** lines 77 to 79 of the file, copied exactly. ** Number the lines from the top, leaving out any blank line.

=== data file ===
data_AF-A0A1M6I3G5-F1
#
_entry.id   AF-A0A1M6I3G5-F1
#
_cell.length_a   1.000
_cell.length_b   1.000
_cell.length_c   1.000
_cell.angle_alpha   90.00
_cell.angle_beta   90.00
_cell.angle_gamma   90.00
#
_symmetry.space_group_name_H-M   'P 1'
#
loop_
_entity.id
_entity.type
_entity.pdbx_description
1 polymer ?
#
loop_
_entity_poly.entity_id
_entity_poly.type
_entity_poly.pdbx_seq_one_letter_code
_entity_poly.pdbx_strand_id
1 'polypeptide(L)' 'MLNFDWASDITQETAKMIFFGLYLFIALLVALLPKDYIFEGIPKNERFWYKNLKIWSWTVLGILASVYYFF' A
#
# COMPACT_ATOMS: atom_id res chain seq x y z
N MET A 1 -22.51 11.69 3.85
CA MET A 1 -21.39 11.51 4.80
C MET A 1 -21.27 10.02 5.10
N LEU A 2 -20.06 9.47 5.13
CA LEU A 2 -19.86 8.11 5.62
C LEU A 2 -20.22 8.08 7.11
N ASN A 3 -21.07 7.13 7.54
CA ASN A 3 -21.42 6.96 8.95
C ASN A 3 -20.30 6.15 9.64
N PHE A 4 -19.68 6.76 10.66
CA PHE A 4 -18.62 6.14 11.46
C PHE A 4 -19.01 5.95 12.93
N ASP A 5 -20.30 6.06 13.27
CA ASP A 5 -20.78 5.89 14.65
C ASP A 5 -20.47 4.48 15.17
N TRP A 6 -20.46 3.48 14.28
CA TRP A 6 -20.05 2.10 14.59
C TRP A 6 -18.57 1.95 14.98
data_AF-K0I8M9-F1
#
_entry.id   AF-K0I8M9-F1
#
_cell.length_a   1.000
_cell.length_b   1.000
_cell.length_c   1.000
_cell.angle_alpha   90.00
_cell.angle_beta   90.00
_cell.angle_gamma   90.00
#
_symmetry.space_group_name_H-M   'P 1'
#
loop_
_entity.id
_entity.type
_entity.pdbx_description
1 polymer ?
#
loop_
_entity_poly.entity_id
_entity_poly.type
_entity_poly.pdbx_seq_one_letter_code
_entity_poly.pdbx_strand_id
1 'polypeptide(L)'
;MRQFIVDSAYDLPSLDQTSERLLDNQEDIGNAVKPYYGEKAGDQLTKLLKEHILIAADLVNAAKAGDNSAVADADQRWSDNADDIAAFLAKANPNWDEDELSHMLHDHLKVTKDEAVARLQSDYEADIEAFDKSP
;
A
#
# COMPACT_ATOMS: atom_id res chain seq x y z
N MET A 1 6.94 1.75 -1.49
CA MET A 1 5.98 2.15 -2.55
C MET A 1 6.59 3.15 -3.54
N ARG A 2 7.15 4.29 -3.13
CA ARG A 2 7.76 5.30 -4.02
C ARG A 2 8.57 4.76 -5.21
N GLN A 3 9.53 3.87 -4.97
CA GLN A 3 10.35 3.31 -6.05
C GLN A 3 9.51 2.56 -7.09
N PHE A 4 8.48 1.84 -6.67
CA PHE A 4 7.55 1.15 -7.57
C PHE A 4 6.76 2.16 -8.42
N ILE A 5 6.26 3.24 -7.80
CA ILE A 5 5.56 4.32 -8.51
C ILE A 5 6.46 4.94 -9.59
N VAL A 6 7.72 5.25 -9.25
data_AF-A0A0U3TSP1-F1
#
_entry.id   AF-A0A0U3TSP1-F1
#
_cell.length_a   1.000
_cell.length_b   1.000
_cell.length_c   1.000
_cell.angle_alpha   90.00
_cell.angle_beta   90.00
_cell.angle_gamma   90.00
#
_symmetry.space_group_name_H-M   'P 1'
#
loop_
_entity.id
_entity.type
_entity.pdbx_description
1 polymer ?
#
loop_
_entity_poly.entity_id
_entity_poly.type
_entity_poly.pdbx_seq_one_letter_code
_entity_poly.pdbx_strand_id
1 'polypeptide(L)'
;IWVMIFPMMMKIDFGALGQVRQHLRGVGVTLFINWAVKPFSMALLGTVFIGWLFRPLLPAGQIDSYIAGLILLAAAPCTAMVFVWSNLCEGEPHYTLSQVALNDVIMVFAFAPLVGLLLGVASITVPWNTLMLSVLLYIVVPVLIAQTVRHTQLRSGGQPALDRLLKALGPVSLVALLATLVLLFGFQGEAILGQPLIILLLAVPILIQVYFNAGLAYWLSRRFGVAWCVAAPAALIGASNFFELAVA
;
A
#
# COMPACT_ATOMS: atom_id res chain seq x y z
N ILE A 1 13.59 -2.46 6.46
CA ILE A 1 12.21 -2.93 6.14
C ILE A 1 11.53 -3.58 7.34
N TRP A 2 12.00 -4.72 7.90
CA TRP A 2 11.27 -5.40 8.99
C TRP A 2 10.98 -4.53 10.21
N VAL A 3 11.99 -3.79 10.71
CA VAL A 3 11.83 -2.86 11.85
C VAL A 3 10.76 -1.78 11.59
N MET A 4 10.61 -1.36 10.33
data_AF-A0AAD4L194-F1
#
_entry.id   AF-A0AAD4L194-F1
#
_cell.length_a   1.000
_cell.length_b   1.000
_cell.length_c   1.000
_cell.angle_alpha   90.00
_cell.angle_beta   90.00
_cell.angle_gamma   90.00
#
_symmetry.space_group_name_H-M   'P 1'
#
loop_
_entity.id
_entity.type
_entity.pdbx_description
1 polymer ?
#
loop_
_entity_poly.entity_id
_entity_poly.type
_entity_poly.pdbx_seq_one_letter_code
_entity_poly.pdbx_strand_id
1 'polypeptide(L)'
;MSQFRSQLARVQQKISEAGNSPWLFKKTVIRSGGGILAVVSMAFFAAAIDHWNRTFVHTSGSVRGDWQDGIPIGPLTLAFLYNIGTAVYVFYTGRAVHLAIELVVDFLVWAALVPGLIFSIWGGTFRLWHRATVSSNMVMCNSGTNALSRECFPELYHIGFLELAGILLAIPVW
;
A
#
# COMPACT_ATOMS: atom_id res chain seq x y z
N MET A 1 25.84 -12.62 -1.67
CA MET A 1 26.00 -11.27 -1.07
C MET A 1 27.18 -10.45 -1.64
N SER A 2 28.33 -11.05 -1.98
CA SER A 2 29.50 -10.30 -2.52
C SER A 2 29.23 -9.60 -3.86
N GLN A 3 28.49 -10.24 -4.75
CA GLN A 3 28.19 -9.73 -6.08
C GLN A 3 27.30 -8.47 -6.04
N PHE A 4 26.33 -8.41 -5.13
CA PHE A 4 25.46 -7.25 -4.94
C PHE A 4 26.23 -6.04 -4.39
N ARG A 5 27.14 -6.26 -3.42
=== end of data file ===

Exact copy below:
CA MET A 1 5.98 2.15 -2.55
C MET A 1 6.59 3.15 -3.54
N ARG A 2 7.15 4.29 -3.13